32 “God has resurrected this Jesus. We are all witnesses of this. 33 Therefore, since He has been exalted to the right hand of God and has received from the Father the promised Holy Spirit, He has poured out what you both see and hear. 34 For it was not David who ascended into the heavens, but he himself says:
The Lord said to my Lord,
‘Sit at My right hand
35 until I make Your enemies Your footstool. ‘
36 “Therefore let all the house of Israel know with certainty that God has made this Jesus, whom you crucified, both Lord and Messiah!”
Jesus has been raised from the dead. He has been exalted. He has received the Holy Spirit. He has poured out the Spirit on them. These are all aorist tense verbs, which means that they represent past action that has been completed. That is to say, each of these events is now a fact of history.
They have all witnessed his resurrection. This no doubt refers to the 120 believers who were in the upper room that morning of Pentecost and are now speaking in various languages. There were about 500 witnesses to his ascension, which is the reference of being exalted, raised up, to the right hand of God. Since Jesus said that he must go to the Father so that the Spirit may come, they can then assume that he has received the promised Spirit, verse 1:4, and they are all witnesses to the pouring out of that Spirit. These facts seem clear, but what can we make of their interpretation. The conclusion is reached in verse 36.
Peter’s startling conclusion is that Jesus must be the Christ, the Anointed One, the Messiah. I call this a startling conclusion because of the impact this statement would have on those listening.
In first century Judaism there was some great expectation that the Messiah would soon come. The Messiah is spoken of often in OT scripture. He is to be the one to establish the kingdom of God on earth, bringing peace and joy to his people. He is to be the savior and king of the world. While many were eagerly expecting his appearance, many also had some false understandings about the nature of the Messiah and the work of the Messiah. Many thought that when the Messiah came he would topple the Roman government and establish a new Israel here on earth that would rule with an iron fist all the pagans of the world. Many thought that the peace and joy that would come with the coming of the Messiah would be a peace between nations and a joy of victory over other countries. You can see how, with this pervading understanding of the Messiah, presenting Jesus as the Messiah was quite startling. Maybe even more so because not many had recognized him as the Christ while he was alive. Jesus referred to the coming of the Christ several times in scripture, but only a few times did he acknowledge his identity when others called him the Christ. He did so when Peter made his statement, “Thou art the Christ, the son of the Living God” and at his trial. He was called the Christ by John the Baptist, Andrew, Martha and some demons. The last time he was called the Christ was by those who ridiculed him while he hung on the cross. So when Peter, on this day calls him the Christ is an amazing statement of theological boldness.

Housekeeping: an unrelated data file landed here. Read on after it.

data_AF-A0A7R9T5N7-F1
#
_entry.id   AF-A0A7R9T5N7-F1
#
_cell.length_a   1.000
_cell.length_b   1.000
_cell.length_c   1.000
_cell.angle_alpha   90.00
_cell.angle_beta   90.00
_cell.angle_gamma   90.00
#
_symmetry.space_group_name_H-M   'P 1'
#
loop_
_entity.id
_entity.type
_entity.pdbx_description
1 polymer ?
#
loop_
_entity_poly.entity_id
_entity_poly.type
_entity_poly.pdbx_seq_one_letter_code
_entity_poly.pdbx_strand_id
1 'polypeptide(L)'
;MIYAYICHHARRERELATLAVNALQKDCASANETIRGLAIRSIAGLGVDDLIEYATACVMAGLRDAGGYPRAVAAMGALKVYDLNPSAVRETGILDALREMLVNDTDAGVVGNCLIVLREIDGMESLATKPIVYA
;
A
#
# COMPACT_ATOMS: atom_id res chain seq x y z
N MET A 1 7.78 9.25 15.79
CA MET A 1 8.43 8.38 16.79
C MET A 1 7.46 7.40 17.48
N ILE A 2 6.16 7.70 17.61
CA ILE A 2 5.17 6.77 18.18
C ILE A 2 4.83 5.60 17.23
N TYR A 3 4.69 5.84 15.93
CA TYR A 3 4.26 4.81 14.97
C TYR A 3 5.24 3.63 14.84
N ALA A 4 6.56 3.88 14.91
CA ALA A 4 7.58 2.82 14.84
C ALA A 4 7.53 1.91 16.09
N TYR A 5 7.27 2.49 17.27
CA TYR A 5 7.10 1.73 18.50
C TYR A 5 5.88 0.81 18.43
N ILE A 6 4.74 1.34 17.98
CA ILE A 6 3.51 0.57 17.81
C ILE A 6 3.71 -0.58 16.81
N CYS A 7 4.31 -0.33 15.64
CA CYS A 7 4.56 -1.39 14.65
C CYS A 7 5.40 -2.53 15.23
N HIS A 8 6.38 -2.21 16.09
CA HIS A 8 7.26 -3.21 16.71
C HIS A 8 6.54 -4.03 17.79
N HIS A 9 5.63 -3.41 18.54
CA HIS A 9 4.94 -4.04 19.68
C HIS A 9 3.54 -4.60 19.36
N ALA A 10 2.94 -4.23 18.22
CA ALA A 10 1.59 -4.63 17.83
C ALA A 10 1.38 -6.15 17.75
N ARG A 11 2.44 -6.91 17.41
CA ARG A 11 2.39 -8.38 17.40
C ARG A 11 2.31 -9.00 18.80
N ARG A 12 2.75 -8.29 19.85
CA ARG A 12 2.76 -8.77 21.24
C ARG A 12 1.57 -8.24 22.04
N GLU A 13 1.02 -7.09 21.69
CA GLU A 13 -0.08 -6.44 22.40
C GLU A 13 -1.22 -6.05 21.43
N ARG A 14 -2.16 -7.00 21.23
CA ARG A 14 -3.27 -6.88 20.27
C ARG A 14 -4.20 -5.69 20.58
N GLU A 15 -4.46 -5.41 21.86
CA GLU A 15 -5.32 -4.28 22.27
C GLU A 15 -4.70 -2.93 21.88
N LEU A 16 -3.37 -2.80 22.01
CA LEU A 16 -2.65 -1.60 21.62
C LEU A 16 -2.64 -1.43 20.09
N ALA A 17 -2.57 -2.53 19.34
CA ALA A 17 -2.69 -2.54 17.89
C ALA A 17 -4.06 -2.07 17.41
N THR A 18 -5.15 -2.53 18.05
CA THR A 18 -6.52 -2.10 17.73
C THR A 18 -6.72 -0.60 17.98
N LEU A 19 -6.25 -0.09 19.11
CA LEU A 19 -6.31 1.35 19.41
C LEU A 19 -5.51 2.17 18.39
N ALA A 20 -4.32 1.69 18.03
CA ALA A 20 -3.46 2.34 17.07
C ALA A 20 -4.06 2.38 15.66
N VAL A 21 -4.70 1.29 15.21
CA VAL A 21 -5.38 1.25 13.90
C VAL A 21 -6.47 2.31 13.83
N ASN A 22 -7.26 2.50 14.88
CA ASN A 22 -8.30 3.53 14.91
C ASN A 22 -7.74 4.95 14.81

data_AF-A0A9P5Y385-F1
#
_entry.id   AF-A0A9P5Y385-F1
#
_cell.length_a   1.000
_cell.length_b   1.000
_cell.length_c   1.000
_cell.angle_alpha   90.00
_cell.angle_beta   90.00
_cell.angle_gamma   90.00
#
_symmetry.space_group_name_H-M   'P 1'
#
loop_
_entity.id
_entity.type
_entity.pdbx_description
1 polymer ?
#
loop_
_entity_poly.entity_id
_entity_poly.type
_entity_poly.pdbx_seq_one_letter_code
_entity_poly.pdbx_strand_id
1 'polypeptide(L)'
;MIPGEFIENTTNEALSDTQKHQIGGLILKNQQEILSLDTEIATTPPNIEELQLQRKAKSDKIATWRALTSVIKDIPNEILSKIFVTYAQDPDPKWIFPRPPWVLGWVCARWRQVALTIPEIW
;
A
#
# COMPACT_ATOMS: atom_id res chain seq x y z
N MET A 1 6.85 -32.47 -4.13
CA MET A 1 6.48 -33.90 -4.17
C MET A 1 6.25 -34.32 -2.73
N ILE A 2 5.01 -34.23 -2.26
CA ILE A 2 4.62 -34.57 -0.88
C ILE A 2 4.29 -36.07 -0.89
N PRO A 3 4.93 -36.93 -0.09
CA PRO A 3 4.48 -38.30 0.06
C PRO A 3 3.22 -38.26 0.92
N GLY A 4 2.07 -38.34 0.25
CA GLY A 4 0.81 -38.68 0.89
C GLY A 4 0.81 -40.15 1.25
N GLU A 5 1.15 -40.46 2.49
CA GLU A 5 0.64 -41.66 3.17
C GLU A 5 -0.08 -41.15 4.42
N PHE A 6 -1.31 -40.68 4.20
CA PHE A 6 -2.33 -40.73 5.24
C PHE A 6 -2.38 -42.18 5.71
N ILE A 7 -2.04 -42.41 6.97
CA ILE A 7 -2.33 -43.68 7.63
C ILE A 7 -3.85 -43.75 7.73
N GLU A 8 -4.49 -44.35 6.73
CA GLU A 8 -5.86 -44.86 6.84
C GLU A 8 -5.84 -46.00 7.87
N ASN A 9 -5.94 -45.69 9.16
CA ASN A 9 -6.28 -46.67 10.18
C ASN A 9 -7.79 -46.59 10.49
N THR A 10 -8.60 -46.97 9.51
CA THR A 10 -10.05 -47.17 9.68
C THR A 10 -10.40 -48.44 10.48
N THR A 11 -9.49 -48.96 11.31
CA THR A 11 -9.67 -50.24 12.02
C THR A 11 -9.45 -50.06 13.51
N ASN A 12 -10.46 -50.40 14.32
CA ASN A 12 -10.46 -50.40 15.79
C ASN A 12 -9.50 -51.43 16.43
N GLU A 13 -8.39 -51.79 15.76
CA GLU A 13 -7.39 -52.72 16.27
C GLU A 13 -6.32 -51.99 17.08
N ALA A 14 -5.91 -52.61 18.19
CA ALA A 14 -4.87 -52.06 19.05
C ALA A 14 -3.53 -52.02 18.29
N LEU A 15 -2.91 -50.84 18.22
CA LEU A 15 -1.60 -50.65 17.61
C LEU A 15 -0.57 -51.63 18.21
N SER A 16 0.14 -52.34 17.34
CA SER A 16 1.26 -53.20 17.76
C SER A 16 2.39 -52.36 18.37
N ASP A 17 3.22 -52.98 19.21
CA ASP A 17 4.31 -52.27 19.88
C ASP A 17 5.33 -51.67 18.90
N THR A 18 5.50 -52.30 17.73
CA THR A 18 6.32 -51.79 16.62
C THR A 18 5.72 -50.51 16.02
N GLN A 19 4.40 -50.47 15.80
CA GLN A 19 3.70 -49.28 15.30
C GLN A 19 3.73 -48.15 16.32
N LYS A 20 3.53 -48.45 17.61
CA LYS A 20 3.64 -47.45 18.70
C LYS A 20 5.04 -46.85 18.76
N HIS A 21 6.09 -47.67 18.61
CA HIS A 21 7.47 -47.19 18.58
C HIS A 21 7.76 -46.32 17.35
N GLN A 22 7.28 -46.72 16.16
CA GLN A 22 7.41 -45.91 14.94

That kind of theological boldness has historically been in short supply and remains so today. There is a pervading weakness in the church to stand for Christ as THE ANSWER, THE CHRIST, THE KING OF KINGS. We must not shrink back, but stand boldly in the marketplace of ideas, as Peter did, and proclaim the truth about Jesus.